Liberals who have become like conservatives—grumbling about the results of liberalism, while still accepting liberalism itself

Mark Richardson writes about the recent trend “for big name celebrities from the 1970s and 80s to come out against aspects of liberal modernity.” Comedian John Cleese, rock musician Roger Daltrey, and pop star Gary Numan have all criticized the ethnic and cultural changes that have transformed Britain: the diversity that has robbed London of its Englishness; the immigration that has damaged the English working class; the thuggery that has become an omnipresent threat. The problem, though, Richardson comments,

is that none of the complaints go far enough. Gary Numan’s solution is to relocate to another Western country with its own crime issues. Roger Daltrey is politically articulate, but as mentioned he cedes a lot of ground when arguing against the effects of open borders. And John Cleese has in recent years supported the Liberal Democrats in England and Barack Obama in the U.S., so he doesn’t really seem to have connected the changes in society he dislikes to the political forces pushing those changes onto society.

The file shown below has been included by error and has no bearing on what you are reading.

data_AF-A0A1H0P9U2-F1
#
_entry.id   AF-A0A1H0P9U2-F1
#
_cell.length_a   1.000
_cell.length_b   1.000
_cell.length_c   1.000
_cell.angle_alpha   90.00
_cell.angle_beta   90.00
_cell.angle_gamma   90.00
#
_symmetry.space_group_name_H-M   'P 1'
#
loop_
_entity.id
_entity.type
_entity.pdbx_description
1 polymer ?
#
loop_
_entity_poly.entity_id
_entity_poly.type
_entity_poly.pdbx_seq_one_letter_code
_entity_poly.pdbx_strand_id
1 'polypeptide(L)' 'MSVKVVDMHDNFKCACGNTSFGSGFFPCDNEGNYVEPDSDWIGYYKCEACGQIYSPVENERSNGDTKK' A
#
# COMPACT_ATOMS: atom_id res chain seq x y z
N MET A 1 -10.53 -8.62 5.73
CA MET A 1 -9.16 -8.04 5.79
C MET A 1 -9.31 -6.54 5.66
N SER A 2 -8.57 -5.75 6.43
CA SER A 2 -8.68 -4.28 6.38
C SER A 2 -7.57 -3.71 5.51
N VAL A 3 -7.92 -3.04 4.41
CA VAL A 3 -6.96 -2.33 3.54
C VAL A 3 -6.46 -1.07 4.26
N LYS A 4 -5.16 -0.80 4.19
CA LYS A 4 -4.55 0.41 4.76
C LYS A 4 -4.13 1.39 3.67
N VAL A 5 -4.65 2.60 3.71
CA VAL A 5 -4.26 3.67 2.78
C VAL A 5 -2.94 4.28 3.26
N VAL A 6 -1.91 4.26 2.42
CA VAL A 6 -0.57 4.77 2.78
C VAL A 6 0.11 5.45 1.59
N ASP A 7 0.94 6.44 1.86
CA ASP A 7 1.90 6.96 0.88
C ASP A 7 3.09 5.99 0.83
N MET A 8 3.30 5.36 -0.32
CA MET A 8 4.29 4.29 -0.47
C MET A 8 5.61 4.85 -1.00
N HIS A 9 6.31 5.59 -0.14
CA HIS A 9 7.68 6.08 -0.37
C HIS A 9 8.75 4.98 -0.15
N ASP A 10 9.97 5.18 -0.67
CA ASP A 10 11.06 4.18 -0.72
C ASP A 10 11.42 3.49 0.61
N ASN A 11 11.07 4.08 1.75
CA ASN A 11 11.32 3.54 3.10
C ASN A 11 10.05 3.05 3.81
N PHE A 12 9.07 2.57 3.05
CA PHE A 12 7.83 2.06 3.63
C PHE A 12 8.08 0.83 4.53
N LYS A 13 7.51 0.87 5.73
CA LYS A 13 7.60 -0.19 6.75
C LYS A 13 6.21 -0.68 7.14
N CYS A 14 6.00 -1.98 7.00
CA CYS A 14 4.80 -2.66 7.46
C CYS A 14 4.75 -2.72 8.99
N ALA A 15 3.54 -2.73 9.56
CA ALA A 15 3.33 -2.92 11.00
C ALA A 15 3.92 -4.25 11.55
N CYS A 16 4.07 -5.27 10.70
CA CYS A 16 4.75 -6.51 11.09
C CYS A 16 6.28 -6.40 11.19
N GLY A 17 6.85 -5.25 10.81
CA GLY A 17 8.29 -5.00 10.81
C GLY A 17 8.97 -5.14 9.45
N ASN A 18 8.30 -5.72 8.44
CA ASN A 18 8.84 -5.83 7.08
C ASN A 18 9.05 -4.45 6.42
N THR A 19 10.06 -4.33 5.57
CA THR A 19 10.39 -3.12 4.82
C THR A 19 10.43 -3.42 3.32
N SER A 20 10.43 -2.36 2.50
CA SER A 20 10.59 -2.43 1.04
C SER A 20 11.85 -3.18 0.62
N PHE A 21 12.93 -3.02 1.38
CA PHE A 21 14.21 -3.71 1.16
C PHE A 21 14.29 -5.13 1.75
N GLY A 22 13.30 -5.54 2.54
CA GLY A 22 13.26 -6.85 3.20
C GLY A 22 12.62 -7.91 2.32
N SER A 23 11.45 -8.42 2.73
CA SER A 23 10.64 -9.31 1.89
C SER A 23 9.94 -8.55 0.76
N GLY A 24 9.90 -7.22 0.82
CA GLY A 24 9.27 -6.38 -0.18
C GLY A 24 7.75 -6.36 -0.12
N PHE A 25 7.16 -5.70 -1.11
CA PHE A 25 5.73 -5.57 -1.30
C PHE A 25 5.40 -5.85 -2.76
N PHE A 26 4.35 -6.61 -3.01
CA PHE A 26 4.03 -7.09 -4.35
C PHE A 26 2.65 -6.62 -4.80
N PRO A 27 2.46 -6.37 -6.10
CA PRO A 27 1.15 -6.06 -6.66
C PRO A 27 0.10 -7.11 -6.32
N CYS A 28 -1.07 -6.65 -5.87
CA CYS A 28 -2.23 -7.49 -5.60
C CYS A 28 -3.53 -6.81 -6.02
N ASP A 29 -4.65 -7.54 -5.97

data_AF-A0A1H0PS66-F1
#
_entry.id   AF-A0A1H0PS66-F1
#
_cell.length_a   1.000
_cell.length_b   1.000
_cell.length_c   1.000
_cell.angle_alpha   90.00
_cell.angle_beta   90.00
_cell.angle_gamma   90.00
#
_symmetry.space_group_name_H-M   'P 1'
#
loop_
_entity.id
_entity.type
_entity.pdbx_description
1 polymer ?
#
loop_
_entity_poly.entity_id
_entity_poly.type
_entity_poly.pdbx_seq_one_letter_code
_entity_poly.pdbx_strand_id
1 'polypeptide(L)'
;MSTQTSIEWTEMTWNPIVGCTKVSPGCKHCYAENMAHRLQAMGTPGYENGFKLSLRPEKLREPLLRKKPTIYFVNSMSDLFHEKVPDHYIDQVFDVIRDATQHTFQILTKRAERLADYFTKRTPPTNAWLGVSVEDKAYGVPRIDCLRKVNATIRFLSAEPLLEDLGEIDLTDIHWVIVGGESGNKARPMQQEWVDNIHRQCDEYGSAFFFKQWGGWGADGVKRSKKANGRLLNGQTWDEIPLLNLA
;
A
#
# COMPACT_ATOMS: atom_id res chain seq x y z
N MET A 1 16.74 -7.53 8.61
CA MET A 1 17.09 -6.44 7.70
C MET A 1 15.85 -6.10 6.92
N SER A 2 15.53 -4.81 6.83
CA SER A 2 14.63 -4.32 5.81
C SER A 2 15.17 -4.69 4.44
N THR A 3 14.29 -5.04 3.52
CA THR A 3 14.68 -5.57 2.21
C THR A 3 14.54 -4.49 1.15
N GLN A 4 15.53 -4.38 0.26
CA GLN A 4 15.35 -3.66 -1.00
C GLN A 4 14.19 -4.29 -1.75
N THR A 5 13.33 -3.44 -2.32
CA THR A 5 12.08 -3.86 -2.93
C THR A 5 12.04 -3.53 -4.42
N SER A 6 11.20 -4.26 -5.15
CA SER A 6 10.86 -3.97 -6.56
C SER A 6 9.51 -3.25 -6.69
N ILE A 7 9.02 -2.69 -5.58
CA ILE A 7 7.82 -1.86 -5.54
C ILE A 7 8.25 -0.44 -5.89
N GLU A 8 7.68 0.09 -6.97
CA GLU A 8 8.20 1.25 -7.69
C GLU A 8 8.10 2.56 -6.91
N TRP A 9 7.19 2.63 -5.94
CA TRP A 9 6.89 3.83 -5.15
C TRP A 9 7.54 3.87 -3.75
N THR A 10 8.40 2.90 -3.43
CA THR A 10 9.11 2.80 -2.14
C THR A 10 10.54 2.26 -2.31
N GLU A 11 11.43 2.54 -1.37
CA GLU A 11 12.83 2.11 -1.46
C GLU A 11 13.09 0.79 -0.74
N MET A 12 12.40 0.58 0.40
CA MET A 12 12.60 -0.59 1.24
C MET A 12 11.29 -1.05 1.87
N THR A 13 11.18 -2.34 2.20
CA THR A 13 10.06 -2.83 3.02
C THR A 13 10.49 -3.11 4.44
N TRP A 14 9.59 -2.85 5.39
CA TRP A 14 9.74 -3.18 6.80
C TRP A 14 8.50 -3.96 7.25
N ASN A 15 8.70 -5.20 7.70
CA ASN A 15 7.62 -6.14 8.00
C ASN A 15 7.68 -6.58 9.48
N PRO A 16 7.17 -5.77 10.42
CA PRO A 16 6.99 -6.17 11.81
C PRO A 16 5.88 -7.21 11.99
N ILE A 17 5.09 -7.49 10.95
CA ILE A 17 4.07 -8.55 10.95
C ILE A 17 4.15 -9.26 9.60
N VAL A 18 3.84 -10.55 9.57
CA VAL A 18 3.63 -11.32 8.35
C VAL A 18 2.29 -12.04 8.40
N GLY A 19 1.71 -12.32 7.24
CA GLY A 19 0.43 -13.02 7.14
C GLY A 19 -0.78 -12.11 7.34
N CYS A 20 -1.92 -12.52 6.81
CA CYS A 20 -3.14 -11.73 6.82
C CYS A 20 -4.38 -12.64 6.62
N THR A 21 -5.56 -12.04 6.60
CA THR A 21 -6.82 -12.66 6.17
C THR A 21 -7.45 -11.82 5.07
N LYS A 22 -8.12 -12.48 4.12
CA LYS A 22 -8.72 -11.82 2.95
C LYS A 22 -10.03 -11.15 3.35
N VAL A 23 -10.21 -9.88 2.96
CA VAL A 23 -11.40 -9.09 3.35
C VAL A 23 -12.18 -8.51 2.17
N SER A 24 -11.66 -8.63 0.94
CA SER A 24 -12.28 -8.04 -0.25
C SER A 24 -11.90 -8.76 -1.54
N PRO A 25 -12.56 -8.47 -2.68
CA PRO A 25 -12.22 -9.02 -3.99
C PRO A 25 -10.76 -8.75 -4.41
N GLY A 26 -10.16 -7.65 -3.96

If you are serious about opposing the alienating trends within modern society, then you have to make a serious effort to recognise the political beliefs which have brought them about—and then learn effectively to counter those beliefs.

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Richard O. writes:

In 2008 John Cleese held forth on the necessity of America’s electing Obama in order to prove that it’s not a “backwoods, redneck, racist society.” The interview at the link is a classic of spite and condescension. Cleese is a creative and entertaining man who’s given me lots of pleasure in his TV and movie work. I have little respect for him now.

Posted by Lawrence Auster at September 14, 2011 09:14 AM | Send

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